Create Bootable Live Linux USB Drives with UNetbootin:
``UNetbootin allows you to create bootable Live USB drives for a variety of Linux distributions from Windows or Linux, without requiring you to burn a CD. You can either let it download one of the many distributions supported out-of-the-box for you, or supply your own Linux .iso file if you've already downloaded one or your preferred distribution isn't on the list.''
And of course we all know that NetBSD is Linux, right?
See the list of supported distributions:
mentions that NetBSD 4.0 is supported, maybe someone wants
to give them an update on what's up with NetBSD 5.0?
Would be nice to see that on the list!
With the move from XFree to X.org, the X server for the DNARD Shark's
NetBSD/shark lost support for accelerated X.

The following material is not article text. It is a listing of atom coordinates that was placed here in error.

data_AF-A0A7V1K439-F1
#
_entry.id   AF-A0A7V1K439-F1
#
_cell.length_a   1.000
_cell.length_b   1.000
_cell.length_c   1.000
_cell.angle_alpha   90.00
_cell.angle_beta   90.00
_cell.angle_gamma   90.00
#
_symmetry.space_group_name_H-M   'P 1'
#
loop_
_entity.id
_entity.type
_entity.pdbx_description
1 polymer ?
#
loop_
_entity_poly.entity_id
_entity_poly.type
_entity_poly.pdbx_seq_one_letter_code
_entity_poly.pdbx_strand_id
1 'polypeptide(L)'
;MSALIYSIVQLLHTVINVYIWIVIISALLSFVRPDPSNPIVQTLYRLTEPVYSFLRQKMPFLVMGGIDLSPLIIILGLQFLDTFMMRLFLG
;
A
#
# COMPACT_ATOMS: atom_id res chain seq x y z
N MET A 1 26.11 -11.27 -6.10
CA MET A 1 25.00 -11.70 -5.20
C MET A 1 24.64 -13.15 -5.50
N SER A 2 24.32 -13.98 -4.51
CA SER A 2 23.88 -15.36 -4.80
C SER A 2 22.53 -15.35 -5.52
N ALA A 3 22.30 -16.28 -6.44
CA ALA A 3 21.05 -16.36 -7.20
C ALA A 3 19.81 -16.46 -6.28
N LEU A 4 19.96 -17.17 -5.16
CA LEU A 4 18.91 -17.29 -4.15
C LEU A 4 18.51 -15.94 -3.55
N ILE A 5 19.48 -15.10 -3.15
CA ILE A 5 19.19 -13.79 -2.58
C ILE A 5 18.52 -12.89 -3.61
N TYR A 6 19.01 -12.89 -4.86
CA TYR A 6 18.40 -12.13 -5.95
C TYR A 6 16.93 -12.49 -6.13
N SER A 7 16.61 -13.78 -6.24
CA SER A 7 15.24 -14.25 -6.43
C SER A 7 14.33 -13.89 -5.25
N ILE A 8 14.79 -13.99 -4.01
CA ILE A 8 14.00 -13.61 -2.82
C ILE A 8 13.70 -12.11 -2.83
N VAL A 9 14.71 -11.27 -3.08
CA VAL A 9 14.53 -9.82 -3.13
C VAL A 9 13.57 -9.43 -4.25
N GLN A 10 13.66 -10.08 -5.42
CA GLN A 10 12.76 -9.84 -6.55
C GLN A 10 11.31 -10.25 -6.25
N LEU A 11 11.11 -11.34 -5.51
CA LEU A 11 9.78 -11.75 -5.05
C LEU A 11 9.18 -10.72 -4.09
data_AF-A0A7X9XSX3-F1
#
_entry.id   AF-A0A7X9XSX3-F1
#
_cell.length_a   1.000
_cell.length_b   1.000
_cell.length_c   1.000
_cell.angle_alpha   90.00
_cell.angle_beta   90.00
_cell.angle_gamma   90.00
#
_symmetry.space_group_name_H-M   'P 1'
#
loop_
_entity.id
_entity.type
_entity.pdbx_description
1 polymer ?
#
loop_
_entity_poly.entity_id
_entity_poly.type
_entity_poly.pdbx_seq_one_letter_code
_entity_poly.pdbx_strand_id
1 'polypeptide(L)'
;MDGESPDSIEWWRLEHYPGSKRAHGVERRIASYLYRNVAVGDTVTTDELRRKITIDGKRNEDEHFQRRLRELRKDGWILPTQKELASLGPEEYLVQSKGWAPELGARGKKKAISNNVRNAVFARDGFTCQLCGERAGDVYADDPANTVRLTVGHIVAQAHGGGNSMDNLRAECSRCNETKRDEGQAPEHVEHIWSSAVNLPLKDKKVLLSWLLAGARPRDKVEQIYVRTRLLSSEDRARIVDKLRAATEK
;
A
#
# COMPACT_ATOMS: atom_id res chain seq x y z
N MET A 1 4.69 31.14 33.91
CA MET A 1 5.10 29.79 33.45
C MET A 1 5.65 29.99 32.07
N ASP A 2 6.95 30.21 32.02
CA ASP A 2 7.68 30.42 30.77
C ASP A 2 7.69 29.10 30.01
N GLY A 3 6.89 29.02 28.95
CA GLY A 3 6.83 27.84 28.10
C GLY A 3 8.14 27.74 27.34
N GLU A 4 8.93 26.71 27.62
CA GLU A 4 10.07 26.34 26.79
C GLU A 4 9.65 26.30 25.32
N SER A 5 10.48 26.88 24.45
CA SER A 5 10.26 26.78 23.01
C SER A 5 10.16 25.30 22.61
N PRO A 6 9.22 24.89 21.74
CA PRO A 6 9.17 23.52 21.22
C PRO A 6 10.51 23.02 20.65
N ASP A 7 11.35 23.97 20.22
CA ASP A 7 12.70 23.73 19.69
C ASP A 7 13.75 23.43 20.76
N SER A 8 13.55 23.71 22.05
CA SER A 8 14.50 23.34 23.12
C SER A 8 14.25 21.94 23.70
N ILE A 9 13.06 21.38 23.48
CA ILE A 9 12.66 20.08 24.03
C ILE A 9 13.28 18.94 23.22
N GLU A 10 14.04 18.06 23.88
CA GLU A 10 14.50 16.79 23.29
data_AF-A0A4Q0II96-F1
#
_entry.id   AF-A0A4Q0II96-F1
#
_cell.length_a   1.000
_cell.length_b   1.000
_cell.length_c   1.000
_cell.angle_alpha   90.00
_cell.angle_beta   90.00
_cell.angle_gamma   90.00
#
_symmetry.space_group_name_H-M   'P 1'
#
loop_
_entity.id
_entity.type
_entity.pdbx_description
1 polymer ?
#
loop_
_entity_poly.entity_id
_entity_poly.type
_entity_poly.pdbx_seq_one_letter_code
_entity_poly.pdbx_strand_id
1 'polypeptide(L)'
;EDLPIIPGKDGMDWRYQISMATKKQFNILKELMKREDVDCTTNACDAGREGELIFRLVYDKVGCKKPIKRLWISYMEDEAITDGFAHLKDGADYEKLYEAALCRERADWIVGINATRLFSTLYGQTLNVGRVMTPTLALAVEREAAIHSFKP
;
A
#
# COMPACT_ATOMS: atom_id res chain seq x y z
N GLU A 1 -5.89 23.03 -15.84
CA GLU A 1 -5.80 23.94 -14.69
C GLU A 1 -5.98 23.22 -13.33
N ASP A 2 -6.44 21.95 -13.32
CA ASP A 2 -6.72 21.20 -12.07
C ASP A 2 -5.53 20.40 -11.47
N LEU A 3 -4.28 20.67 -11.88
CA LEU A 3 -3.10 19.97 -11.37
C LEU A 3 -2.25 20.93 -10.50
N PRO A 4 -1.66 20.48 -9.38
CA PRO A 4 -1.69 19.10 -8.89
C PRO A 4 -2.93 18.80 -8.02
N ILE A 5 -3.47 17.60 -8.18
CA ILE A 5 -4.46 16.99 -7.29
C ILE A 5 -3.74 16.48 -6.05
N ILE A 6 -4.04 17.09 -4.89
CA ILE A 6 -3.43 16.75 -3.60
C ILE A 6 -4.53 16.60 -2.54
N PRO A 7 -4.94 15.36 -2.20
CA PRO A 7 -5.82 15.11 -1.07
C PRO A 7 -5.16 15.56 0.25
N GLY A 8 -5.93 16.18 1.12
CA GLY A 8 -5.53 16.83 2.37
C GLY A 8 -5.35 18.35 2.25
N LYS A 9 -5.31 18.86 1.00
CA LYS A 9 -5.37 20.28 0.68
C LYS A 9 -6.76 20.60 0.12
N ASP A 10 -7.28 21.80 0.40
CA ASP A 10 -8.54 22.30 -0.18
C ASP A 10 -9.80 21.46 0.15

Thanks to Michael 'macallan' Lorenz,
hardware-accelerated X for NetBSD/shark is back now:
``I finally got around to start working on an Xorg driver for the IGS CyberPro
20x0 family found in rev. 5 Sharks, Netwinder etc. - currently the driver is
built only on shark and supports only the VL variant found there. Adding
support for PCI chips is trivial though, just needs extra probing.
The driver supports autoconfiguration ( X -configure should yield something
almost usable, only DefaultDepth needs to be adjusted).''
Jed Davis has committed the
RAIDframe parity Summer-of-Code project.
for the details. The project
the time RAIDframe spends rewriting parity after an unclean shutdown by
keeping better track of outstanding writes (thus, "parity map"). The
tech-kern archives have more details [...]
This feature is enabled by default on all sets (other than RAID 0). It
can be administratively disabled with the new "raidctl -M" flag, which
is described in the changes to the raidctl(8) man page; however, the I/O
overhead for updating the parity map is expected to be unnoticeable in
So much for now. There is more in the pipe, but that will have
to wait for now. Good night!